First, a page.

Growing shishito peppers, Capsicum annuum, can be a fun and simple process, especially if you have the right gardening space. Growing these not-so-spicy little green peppers are an easy way to add flavor to your meals without having to buy them at the store!
Learning how to grow shishito peppers at home also gives you quick access to a tasty appetizer in a flash! These plants grow best in full sunlight and loose soil that drains well. Here are some tips on how to get started:
What are Shishito Peppers?
Shishito peppers are a Japanese heirloom pepper that is small and thin with multiple lobes. Their name comes from the Japanese words “shishi” which means lion and “togarashi” which means chili pepper.
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True Leaf Market has good quality Shishito Pepper Seeds if you need them!
They look like wider and wrinkled jalapenos, but they can also be confused for Padrón or Anaheim chilies . What makes shishito peppers stand out from the rest of these types of chili is how mild their heat level is. They are much milder than any chilies mentioned with only 1 in 10 having any heat.
When and Where to Grow Shishito Peppers
Shishito pepper are best grown in the spring through the fall. They need a warm place to grow and prefer some humidity as well as soil that has good drainage (like raised beds). Find out how to build your own raised beds here.
They can be grown in containers, but shishito peppers like deep potting soil with plenty of nutrients for their roots. So be sure to use a good sized pot for one shishito plant. If you want start plants from shishito pepper seeds, then start them indoors 8 weeks before your area’s last expected frost. (Check your frost date here).
These peppers grow best in full sunlight (6 hours a day or more) and loose soil that drains well.
Like many other pepper varieties, it may be possible to overwinter shishito plants. Here are some instructions on how to overwinter pepper plants.
How to Grow Shishito Peppers at Home
Planting from seed– Begin by starting at the correct time of year. If starting from seed, sow them indoors 8 weeks before the last expected frost. Use good quality seed starting mix and place seedlings in a warm, sunny place.
Transplanting– If using transplants or plants, be sure they are hardened off before planting them outdoors in the garden after the last frost. (Not sure how to harden off plants? Check out my guide!)
Watering– Water shishito pepper plants at least once a week during dry periods. They are pretty hardy little plants, only growing up to 2 feet, so they can go a little longer in particularly dry weather.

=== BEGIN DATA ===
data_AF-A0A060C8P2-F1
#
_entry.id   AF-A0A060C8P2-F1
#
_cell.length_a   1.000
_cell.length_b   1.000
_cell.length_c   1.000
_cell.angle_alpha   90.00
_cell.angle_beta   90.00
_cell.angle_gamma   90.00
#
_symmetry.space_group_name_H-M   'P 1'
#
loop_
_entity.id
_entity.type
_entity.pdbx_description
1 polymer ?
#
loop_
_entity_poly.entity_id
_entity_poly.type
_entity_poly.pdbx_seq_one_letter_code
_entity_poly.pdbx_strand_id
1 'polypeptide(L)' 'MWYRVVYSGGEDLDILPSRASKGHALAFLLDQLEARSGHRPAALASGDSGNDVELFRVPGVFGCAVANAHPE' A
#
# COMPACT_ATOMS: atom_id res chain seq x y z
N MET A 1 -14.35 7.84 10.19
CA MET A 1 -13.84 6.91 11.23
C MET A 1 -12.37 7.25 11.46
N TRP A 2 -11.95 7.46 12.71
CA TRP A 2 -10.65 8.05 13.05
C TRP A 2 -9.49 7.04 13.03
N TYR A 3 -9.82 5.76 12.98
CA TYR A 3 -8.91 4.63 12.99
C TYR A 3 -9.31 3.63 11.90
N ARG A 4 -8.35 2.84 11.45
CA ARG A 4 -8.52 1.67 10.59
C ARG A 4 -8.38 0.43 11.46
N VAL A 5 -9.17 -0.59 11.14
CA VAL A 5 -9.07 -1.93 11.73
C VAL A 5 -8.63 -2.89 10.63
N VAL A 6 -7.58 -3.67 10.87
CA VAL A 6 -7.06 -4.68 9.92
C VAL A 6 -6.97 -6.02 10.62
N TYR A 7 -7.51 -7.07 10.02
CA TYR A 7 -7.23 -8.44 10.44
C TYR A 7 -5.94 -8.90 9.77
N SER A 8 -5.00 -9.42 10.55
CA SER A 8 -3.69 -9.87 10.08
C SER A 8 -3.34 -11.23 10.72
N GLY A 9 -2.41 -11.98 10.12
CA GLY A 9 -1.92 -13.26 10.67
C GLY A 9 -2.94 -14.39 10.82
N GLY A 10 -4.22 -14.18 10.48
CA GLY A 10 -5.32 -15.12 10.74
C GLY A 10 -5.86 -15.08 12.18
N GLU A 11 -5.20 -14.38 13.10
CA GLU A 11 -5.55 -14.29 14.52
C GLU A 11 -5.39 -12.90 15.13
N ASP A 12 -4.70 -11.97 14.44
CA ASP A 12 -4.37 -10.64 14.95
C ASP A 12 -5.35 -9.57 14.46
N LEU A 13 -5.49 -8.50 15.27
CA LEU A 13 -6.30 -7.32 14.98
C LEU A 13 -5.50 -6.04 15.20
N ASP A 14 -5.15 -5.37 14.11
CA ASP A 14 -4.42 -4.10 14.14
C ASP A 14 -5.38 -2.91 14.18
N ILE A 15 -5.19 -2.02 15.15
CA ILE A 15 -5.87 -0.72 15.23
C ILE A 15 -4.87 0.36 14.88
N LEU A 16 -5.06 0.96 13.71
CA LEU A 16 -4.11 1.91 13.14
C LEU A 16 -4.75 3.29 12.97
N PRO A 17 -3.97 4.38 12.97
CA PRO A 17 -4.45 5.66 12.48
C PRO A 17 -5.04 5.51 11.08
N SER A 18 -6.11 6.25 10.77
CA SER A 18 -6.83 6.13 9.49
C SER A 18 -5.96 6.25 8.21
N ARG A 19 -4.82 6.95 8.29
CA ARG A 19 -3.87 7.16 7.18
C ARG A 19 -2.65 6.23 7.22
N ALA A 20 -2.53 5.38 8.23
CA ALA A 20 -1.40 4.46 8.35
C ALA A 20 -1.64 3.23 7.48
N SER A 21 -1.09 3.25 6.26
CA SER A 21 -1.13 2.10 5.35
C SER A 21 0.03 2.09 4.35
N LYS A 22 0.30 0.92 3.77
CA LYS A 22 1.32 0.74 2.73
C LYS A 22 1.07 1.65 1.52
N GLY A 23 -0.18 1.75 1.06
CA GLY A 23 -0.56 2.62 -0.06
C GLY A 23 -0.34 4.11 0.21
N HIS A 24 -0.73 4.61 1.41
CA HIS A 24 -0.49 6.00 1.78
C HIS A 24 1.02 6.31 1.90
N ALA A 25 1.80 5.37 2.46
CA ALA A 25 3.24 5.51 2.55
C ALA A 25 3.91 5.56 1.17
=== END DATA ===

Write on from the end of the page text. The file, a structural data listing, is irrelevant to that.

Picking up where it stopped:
Fertilizing– Use a good quality fertilizer for shishito pepper plants that is high in nitrogen and low in phosphorus (the first number of the NPK ratio on the package). Check out these recommended fertilizers that are higher in nitrogen:
Pruning Shishitos– As with many pepper plants, shishito plants can be pruned for better fruit production. This involves removing leaves from the lower part of the plant, as well as pinching off the first few blooms. I know it’s painful sometimes to pinch off those blooms, but it will definitely be worth it!
Mulching– The shishito pepper plant loves to live in soil that contains lots of organic matter. For this reason, mulching the shishitos with compost is a great idea and will help them thrive during their growing season (spring through fall). Mulch can also be any type of material such as straw or even grass clippings. (Not sure how to compost? Learn how to start composting here.)
How to Harvest Shishito Peppers
When shishito peppers are mature, they will turn from green to red. This can take between 60 and 80 days after transplanting shishito pepper plants (which should be done in spring or early summer).
Many shishito pepper gardeners will harvest shishitos when they are small, green and tender. You can then saute them in a pan with oil or roast them on the grill to eat as snacks. They’re delicious!
Preserving Shishito Peppers
After the harvest is done, what can you do with shishito peppers?
One option is to preserve shishito peppers by pickling them much like my Quick Dill Pickle recipe, simply swap in the seasonings of your choice. Shishitos are great in salsas or sauces. They are delicious when pickled too!
Like many other chiles, shishitos can be dried for use later. You can do this by using a dehydrator or a low temperature oven. This will take longer than canning, but it uses up much less storage space in the pantry. (Our Instant Pot Air Fryer actually has a dehydrator option as well!)
So consider adding this east Asian chili pepper to your garden plan this year! It’s delicious and incredibly easy to grow no matter the size of your garden.